In a world where cities are humungous all-terrain vehicles, Peter Jackson and Christian Rivers' Mortal Engines gets bogged down.
That war bombed the planet back to the industrial age. Thus, it’s a world where cities are now humungous all-terrain vehicles but no one is on Facebook.
That’s the setting of the first of Philip Reeve’s young-adult books, which is directed by long-time Peter Jackson lieutenant Christian Rivers from a script by Jackson, Frances Walsh and Philippa Boyens in the first film for the trio since fleeing Middle-earth.
It feels like a bit of a punt, a hopeful attempt to launch a fantasy franchise from a little-known book series, one with a quirky steampunk aesthetic that might risk condemning it to screen cult-dom, and one arriving after YA screen adaptations have stopped being a thing.
In the movie, though, the retro-tech isn’t pronounced and its hero couple Hester Shaw and Tom Natsworthy have gone from book teenagers to big-screen twentysomethings.
Those Pacman cities might suggest a story about consumerism and saving dwindling planetary resources. But on-screen, Mortal Engines works more like a well-known space saga. After all, its central plot is about a tall guy (London’s chief boffin Thaddeus Valentine, played by Hugo Weaving), whose ambitions of empire get a devastating superweapon, but who faces opposition from spirited youngsters who join an alliance to defeat him.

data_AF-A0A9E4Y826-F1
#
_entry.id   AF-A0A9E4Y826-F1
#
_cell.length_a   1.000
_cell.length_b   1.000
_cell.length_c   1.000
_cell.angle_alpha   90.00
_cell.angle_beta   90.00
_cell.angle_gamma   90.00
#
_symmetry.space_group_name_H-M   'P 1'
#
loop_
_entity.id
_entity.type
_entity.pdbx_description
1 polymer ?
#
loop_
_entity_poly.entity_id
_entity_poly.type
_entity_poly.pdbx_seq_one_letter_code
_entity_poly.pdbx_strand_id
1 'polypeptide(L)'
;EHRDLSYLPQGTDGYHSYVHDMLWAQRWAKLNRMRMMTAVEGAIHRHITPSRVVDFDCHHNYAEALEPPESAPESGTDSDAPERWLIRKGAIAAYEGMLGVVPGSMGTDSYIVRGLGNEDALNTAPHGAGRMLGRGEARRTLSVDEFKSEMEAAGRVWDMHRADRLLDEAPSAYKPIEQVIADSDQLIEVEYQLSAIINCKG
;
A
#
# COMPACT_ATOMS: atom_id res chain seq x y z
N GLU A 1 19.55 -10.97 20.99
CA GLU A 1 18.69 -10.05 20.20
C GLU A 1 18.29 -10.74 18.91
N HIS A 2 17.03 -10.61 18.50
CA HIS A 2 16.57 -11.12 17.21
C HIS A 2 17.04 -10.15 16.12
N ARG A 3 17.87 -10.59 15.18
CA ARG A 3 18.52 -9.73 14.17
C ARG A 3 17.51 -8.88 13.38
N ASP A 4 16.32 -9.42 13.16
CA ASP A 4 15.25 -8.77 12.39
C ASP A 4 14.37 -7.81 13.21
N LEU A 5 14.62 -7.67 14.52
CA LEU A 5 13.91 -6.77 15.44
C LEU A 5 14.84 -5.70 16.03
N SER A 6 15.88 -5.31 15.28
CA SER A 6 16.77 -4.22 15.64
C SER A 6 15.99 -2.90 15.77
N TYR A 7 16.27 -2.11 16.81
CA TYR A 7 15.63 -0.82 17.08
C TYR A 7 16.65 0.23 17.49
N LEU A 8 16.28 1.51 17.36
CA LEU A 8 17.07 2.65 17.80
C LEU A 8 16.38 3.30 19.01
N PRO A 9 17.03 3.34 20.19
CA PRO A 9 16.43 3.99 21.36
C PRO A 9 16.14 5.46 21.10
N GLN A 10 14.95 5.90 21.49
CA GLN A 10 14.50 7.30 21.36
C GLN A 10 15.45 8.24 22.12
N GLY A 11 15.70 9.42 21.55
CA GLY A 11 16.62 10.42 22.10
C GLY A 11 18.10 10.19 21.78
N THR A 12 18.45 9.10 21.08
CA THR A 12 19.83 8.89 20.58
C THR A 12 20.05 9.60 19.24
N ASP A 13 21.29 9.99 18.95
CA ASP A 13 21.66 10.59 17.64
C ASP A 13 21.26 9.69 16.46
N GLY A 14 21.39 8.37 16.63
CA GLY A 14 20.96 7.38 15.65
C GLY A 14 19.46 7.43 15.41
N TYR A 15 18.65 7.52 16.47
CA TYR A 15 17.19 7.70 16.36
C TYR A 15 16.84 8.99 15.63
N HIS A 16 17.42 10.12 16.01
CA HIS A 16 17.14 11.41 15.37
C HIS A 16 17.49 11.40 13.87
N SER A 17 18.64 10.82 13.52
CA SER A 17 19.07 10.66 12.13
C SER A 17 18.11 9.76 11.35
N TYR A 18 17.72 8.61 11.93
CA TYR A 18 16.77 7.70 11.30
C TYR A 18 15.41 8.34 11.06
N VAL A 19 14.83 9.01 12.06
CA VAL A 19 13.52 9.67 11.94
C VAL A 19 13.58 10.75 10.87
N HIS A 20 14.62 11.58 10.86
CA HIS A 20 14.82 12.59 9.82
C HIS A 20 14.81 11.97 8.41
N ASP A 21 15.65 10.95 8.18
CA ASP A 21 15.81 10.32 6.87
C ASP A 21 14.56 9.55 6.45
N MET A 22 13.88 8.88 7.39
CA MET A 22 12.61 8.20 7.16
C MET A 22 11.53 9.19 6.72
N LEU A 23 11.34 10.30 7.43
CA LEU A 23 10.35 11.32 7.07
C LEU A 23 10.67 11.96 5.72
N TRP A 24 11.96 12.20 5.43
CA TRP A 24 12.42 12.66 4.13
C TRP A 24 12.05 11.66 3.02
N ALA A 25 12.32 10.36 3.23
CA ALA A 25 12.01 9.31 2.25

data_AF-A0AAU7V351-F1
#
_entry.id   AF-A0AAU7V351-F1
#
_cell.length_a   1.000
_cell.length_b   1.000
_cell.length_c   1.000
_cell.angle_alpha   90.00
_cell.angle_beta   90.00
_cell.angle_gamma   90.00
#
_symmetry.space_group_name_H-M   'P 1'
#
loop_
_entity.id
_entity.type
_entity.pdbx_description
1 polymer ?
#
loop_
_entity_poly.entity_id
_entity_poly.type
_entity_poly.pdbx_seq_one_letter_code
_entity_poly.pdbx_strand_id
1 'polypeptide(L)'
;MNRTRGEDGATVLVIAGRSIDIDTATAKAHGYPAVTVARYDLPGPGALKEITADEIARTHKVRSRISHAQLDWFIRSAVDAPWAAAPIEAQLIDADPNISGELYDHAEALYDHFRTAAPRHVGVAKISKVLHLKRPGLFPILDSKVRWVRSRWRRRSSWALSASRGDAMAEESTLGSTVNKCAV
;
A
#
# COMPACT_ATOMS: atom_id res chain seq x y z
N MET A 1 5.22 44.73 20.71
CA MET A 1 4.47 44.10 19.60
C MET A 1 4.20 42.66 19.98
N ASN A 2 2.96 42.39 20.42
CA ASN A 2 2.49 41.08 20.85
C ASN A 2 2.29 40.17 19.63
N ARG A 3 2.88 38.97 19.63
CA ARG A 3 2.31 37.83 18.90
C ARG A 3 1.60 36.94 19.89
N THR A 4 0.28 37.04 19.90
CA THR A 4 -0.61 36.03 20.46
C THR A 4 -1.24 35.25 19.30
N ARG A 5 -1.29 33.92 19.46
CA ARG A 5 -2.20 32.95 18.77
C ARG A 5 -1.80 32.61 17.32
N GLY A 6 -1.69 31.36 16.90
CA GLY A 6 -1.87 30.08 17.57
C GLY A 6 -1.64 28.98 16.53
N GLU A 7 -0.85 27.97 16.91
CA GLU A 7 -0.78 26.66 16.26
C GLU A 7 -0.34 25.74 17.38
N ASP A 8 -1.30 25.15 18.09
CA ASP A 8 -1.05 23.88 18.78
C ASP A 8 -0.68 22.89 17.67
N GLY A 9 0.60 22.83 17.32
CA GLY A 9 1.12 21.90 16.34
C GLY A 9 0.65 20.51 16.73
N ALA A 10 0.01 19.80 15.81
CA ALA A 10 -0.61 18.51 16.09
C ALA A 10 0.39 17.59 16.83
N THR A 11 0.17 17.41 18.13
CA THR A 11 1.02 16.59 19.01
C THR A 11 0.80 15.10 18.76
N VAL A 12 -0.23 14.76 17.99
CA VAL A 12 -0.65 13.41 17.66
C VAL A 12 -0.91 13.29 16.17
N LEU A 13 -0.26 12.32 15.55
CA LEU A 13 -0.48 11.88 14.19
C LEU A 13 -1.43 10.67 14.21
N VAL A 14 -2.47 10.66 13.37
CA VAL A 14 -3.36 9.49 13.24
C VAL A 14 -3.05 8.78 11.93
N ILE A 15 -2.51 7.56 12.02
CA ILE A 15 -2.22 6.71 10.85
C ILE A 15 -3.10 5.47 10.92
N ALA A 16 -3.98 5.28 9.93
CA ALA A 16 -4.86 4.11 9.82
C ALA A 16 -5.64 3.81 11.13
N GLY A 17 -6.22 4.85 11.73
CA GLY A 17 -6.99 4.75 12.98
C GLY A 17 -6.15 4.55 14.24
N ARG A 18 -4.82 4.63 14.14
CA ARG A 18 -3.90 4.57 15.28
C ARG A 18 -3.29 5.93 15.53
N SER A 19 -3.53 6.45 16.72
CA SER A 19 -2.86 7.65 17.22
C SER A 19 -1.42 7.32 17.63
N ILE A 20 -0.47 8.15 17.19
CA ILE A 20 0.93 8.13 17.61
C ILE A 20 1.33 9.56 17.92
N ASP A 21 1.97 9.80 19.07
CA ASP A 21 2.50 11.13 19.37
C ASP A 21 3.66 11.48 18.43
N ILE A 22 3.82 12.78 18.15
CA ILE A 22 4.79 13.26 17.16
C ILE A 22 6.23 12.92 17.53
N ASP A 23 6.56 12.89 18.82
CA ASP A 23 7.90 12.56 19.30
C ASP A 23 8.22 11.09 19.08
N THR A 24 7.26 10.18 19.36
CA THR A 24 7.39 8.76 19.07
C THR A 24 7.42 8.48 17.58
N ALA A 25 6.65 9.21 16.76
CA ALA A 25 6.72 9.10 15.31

It also, perhaps inevitably, resembles Middle-earth. One pivotal scene involves rays from a giant glowing orb and a wall across a valley between two realms.
Visually, it’s faithful to the Weta house style and it largely takes place against the sort of digital backdrop that made The Hobbit feel a less convincing world than the Lord of the Rings trilogy.
As London steams on its way and we’re down in the city’s bowels, Mortal Engines can resemble those early mind-bending fantasies of Terry Gilliam. But although it offers an initially intriguing world, its residents are less so. As Hester and Tom, strangers thrown into the wilderness after she tries to kill Valentine, Hera Hilmar and Robert Sheehan struggle to give their characters much presence and their supposed love story comes with less chemistry than generated by Sam and Frodo.
Slightly confusingly, early on we’re introduced to another mismatched couple, Katherine Valentine and Bevis Pod, but they are barely seen again.
Elsewhere, Weaving isn’t much fun as the mad scientist and – other than Shrike, a kind of Franken-Orc with Hester in his sights, and cool rebel leader Anna Fang – Mortal Engines lacks memorable characters. It’s all a bit serious, especially for a movie about giant cities playing dodgems.
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This article was first published in the December 15, 2018 issue of the New Zealand Listener.